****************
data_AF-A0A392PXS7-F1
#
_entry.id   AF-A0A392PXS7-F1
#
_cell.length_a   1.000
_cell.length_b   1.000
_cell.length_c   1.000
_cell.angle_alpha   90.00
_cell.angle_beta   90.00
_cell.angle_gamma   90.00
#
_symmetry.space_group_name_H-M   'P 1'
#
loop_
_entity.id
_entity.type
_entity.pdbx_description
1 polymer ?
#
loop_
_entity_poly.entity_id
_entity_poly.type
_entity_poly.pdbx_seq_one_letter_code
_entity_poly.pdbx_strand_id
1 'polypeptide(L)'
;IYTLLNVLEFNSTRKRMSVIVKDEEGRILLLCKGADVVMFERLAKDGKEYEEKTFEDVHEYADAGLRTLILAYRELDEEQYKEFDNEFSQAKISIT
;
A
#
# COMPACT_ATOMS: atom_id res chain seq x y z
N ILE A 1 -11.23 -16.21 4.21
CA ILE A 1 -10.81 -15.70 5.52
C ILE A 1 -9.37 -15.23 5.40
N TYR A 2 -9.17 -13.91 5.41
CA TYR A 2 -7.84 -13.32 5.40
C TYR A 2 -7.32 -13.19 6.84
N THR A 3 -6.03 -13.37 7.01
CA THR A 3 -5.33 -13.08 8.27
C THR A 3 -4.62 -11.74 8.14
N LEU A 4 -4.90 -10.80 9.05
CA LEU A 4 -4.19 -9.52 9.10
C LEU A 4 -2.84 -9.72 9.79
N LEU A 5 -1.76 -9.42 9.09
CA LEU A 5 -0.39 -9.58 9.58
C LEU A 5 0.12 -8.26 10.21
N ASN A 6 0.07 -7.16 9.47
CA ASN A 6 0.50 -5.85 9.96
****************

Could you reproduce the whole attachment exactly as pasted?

data_AF-A0A392PXS7-F1
#
_entry.id   AF-A0A392PXS7-F1
#
_cell.length_a   1.000
_cell.length_b   1.000
_cell.length_c   1.000
_cell.angle_alpha   90.00
_cell.angle_beta   90.00
_cell.angle_gamma   90.00
#
_symmetry.space_group_name_H-M   'P 1'
#
loop_
_entity.id
_entity.type
_entity.pdbx_description
1 polymer ?
#
loop_
_entity_poly.entity_id
_entity_poly.type
_entity_poly.pdbx_seq_one_letter_code
_entity_poly.pdbx_strand_id
1 'polypeptide(L)'
;IYTLLNVLEFNSTRKRMSVIVKDEEGRILLLCKGADVVMFERLAKDGKEYEEKTFEDVHEYADAGLRTLILAYRELDEEQYKEFDNEFSQAKISIT
;
A
#
# COMPACT_ATOMS: atom_id res chain seq x y z
N ILE A 1 -11.23 -16.21 4.21
CA ILE A 1 -10.81 -15.70 5.52
C ILE A 1 -9.37 -15.23 5.40
N TYR A 2 -9.17 -13.91 5.41
CA TYR A 2 -7.84 -13.32 5.40
C TYR A 2 -7.32 -13.19 6.84
N THR A 3 -6.03 -13.37 7.01
CA THR A 3 -5.33 -13.08 8.27
C THR A 3 -4.62 -11.74 8.14
N LEU A 4 -4.90 -10.80 9.05
CA LEU A 4 -4.19 -9.52 9.10
C LEU A 4 -2.84 -9.72 9.79
N LEU A 5 -1.76 -9.42 9.09
CA LEU A 5 -0.39 -9.58 9.58
C LEU A 5 0.12 -8.26 10.21
N ASN A 6 0.07 -7.16 9.47
CA ASN A 6 0.50 -5.85 9.96